Presentation Title

Recreation Impacts: A Case Study of the Sawtooth Wilderness

Authors' Names

Chelsea Phillippe

Presentation Type

Oral Presentation

Abstract/Artist Statement

Outdoor recreation provides an opportunity for people to connect with nature, improve mental and physical health, and to support local economies. The Outdoor Industry Association reported 13.6 million recreationists in 2017 (1.3 million more than 2016) equating to nearly half of the US population participating in outdoor activities. Federal land managers utilize education, regulation, and law enforcement to protect our natural resources from negative impacts – including those from recreation and tourism. However, there is limited evidence about the effectiveness of these strategies (e.g. Leave No Trace) over long time frames. One area of particular concern is federally designated Wilderness where there is a tension between preservation and human use. By exploring emerging and existing trends in wilderness recreation federal land managers may better develop policy for sustainable tourism and recreation.

The Sawtooth Wilderness in central Idaho provides a unique case study to explore effectiveness of intervention strategies aimed at reducing negative recreation impacts. Record keeping from campsite monitoring, beginning in the 1990s, locates and measures recreation-related impacts on the ground. Twenty years of required wilderness permits, necessary for both day and overnight use, provides insight into user trends; where visitors go, how long they stay, and modes of travel. Supplementary educational reports from the Wildlands Education Plan, interviews with locals and education practitioners, along with educator numbers from the national Leave No Trace campaign provide insight into wilderness education efforts. The Theory of Planned Behavior guides this research to build a better appreciation of user trends, impacts, and education.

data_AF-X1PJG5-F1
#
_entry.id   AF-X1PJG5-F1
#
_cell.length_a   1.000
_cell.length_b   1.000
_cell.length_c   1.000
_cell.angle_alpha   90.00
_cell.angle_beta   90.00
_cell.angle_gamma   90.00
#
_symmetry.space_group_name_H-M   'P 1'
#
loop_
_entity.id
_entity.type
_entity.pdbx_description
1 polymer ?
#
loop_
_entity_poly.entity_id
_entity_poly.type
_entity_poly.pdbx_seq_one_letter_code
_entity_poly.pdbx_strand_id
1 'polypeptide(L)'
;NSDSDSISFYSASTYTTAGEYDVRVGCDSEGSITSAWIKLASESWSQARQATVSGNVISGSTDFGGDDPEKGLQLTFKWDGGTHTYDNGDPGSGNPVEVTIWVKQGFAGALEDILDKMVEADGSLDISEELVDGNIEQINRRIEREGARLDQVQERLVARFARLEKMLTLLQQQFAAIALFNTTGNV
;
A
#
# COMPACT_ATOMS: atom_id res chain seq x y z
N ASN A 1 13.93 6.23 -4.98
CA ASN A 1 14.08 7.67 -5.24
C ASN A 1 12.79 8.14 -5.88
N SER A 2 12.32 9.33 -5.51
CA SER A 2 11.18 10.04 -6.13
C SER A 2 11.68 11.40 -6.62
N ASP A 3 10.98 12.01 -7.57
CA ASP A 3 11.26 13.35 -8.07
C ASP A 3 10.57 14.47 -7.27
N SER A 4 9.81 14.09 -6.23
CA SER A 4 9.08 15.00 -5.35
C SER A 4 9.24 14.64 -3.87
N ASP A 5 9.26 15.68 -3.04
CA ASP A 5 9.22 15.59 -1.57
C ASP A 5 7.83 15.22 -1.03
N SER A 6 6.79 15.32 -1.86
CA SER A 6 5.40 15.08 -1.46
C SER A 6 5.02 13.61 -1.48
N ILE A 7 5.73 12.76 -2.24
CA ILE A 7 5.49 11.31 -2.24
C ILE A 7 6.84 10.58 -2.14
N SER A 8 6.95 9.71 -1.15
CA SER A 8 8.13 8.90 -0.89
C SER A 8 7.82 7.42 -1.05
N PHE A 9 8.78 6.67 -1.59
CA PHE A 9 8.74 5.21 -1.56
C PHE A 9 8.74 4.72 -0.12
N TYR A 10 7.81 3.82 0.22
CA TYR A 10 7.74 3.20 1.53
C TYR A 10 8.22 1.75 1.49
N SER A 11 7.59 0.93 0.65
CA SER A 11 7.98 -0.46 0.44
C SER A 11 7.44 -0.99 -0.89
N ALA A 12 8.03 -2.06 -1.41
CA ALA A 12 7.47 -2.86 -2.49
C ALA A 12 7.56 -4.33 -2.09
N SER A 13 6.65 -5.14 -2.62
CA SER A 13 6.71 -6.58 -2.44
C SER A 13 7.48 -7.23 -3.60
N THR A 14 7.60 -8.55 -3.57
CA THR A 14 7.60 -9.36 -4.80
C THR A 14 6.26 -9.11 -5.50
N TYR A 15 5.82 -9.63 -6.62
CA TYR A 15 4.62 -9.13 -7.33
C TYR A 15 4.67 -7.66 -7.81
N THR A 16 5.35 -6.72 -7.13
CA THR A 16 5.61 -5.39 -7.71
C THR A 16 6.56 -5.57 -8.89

The Sawtooth Wilderness Case Study is timely as it focuses on a wilderness at a pivotal turning point in its management and regulation policies. Its location in central Idaho provides a buffered distance from high use and impacts, but as the surrounding communities grow, so do their impacts. In 2017 the United States Census Bureau announced Idaho as the fastest-growing state in the nation, while its capital Boise, was named Forbes Magazine No. 2 spot for young professionals. As new Boise residents discover unique opportunities to escape day-to-day stresses in the serene mountain landscapes of the Sawtooths their impacts will likely compound with existing users. Land managers are challenged to balance these recreation impacts while safeguarding wilderness to maintain pristine and wild conditions.

Preliminary data analysis suggests that use is concentrated in a few select campsite areas and that user trends have changed over the last few decades. Initial Key Informant interviews indicate that the Sawtooth Wildlands Education Plan has been successful in reducing recreation impacts including those at campsites.